Hydropower remains one of the cheapest sources of electricity: new IRENA report highlights evolving role of hydropower

IRENA joined IHA and policy makers from across Latin America and the Caribbean at a roundtable in Rio to highlight the opportunity for hydropower, still one of the cheapest sources of electricity. But with a clear message that most hydropower assets, built several decades ago, need to be upgraded.

Current trends in the power sector have prompted changes in the role of hydropower, creating a need to adjust the way these assets are designed, operated and maintained, according to a new report by the International Renewable Energy Agency (IRENA). “The Changing Role of Hydropower: Challenges and Opportunities”, produced in the context of IRENA’s Collaborative Framework on Hydropower, provides a snapshot of the current status of hydropower and lays out a vision of how to realise its potential.

“Hydropower has been an effective source of clean power generation for more than a century,” said IRENA Director-General Francesco La Camera. “However, with the rapidly evolving energy landscape, it is important to reevaluate its future role and leverage recent technological advancements that can maximise its potential while ensuring its sustainability and climate resilience.”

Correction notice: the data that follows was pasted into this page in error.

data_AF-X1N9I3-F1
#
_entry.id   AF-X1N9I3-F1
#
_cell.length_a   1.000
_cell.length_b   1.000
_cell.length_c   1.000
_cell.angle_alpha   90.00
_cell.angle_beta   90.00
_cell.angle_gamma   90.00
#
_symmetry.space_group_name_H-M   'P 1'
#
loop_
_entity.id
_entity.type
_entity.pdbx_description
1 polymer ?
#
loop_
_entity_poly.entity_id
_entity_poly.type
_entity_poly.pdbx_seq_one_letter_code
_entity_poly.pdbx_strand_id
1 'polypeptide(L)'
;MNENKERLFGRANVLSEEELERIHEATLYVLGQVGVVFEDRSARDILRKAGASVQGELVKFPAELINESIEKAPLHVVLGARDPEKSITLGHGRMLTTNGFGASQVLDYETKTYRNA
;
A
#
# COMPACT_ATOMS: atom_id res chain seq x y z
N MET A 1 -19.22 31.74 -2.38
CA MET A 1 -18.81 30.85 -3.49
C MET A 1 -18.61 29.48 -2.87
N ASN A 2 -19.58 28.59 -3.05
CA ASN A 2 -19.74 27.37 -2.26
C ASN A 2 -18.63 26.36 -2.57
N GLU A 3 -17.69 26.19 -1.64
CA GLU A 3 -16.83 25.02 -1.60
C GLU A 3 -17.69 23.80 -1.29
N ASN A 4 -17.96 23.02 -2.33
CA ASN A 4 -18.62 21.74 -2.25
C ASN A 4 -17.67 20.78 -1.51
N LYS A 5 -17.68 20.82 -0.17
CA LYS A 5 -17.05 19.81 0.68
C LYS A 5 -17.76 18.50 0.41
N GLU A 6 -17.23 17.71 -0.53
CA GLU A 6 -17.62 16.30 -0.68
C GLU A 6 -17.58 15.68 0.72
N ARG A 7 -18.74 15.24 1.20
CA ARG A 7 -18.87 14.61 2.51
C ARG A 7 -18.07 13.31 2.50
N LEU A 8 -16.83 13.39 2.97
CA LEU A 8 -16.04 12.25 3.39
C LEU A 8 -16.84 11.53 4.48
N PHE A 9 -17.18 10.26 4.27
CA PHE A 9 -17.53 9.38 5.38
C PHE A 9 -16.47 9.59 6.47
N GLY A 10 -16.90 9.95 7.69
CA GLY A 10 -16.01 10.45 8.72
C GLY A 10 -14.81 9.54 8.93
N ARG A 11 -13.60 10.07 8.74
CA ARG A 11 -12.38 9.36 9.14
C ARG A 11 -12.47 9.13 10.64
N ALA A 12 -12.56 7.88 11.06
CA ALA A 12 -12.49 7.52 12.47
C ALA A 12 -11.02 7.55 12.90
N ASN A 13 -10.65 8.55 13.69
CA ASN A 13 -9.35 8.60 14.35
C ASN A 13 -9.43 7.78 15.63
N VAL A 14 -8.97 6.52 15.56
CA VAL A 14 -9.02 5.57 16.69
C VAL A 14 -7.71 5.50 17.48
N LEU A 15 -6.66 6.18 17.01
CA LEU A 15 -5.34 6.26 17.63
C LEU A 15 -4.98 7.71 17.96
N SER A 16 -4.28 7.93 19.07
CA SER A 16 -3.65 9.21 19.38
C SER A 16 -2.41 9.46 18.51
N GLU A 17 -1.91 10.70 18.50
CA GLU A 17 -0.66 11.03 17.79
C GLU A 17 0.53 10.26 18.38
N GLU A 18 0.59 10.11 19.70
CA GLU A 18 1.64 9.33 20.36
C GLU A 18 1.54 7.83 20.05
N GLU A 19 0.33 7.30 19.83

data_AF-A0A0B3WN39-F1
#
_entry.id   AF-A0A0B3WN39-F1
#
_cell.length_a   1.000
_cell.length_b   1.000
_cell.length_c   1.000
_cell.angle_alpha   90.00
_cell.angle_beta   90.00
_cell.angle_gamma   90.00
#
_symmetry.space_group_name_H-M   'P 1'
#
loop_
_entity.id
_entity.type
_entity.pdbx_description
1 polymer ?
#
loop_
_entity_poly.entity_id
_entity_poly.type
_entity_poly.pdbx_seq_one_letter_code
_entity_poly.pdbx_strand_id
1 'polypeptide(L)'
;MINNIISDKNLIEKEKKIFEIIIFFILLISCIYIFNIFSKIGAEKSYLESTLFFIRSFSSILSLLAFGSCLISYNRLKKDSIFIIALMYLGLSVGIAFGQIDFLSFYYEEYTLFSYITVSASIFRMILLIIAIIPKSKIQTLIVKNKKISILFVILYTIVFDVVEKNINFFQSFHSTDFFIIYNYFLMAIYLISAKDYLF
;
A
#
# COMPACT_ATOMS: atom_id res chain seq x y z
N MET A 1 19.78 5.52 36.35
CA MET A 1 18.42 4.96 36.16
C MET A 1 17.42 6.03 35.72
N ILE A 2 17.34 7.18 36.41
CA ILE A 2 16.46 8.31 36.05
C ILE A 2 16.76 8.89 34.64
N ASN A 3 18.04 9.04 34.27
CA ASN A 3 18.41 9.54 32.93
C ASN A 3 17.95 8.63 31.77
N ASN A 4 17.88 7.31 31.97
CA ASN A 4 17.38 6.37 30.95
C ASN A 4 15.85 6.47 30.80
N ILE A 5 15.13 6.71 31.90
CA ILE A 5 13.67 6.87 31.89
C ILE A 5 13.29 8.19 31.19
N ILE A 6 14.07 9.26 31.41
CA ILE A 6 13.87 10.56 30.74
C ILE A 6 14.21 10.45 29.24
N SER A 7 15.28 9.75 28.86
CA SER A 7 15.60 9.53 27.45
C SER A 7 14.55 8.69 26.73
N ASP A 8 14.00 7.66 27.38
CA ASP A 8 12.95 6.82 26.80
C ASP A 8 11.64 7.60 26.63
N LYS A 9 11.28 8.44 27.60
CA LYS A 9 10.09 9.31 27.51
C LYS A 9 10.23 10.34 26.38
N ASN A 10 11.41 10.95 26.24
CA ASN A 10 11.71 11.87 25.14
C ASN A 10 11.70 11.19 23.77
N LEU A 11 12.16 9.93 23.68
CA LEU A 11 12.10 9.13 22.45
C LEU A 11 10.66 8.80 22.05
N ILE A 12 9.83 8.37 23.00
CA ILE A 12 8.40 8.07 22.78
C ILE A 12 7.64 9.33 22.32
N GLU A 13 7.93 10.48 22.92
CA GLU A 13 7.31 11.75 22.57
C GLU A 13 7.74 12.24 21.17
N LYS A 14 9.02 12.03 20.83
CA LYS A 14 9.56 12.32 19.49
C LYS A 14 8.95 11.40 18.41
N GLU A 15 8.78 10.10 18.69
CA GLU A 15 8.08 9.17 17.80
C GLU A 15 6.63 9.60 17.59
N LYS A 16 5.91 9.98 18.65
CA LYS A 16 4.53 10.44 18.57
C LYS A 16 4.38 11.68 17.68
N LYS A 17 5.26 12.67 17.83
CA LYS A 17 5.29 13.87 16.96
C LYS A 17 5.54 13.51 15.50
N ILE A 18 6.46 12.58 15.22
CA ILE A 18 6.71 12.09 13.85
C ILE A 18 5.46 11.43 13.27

IRENA’s Carlos Ruiz launches their latest report on Hydropower credit: Marcos Gouvea

According to IRENA’s 1.5°C Scenario, if the world is to completely decarbonise and meet the climate goals set in the Paris Agreement, hydropower installed capacity, including pumped storage hydropower, should more than double by 2050. This will require annual investments in hydropower to grow roughly fivefold.

However, the report underscores that most hydropower potential lies in developing countries and financing institutions need to work together with governments to overcome local risks and limitations and funnel much-needed investment into these regions and countries.

According to the report, hydropower, despite being the most mature renewable technology, faces several challenges including: modernizing ageing fleets to meet modern power system requirements; attracting new investments; and updating market structures and business models that do not reward all of the services provided by hydropower beyond power generation.

The report also emphasises that the planning and development of hydropower will only be successful if aspects of sustainability and resilience are taken into consideration

Read “The Changing Role of Hydropower: Challenges and Opportunities” to learn more about the key actions policy makers can take to accelerate the deployment of hydropower sustainably.

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